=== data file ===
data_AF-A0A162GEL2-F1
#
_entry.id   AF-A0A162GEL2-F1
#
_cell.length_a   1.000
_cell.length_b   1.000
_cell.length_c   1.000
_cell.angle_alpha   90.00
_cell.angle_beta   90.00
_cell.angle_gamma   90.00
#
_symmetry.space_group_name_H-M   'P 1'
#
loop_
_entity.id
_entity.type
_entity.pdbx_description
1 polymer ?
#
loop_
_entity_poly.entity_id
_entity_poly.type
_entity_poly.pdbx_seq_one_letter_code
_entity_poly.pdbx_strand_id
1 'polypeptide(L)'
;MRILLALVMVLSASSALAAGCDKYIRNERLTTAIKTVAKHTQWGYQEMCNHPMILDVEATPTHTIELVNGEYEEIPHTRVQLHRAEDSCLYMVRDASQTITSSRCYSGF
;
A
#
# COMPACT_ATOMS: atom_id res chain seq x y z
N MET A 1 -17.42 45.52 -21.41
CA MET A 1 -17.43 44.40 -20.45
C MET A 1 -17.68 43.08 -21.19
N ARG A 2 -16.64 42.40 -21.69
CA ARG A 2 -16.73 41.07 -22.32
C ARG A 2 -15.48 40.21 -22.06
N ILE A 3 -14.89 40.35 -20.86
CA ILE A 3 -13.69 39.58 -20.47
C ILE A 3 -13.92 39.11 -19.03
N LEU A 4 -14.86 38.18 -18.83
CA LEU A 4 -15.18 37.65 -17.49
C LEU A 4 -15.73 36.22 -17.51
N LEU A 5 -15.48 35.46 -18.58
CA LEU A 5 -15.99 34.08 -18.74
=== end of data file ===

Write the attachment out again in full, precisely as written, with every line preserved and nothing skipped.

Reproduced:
data_AF-A0A162GEL2-F1
#
_entry.id   AF-A0A162GEL2-F1
#
_cell.length_a   1.000
_cell.length_b   1.000
_cell.length_c   1.000
_cell.angle_alpha   90.00
_cell.angle_beta   90.00
_cell.angle_gamma   90.00
#
_symmetry.space_group_name_H-M   'P 1'
#
loop_
_entity.id
_entity.type
_entity.pdbx_description
1 polymer ?
#
loop_
_entity_poly.entity_id
_entity_poly.type
_entity_poly.pdbx_seq_one_letter_code
_entity_poly.pdbx_strand_id
1 'polypeptide(L)'
;MRILLALVMVLSASSALAAGCDKYIRNERLTTAIKTVAKHTQWGYQEMCNHPMILDVEATPTHTIELVNGEYEEIPHTRVQLHRAEDSCLYMVRDASQTITSSRCYSGF
;
A
#
# COMPACT_ATOMS: atom_id res chain seq x y z
N MET A 1 -17.42 45.52 -21.41
CA MET A 1 -17.43 44.40 -20.45
C MET A 1 -17.68 43.08 -21.19
N ARG A 2 -16.64 42.40 -21.69
CA ARG A 2 -16.73 41.07 -22.32
C ARG A 2 -15.48 40.21 -22.06
N ILE A 3 -14.89 40.35 -20.86
CA ILE A 3 -13.69 39.58 -20.47
C ILE A 3 -13.92 39.11 -19.03
N LEU A 4 -14.86 38.18 -18.83
CA LEU A 4 -15.18 37.65 -17.49
C LEU A 4 -15.73 36.22 -17.51
N LEU A 5 -15.48 35.46 -18.58
CA LEU A 5 -15.99 34.08 -18.74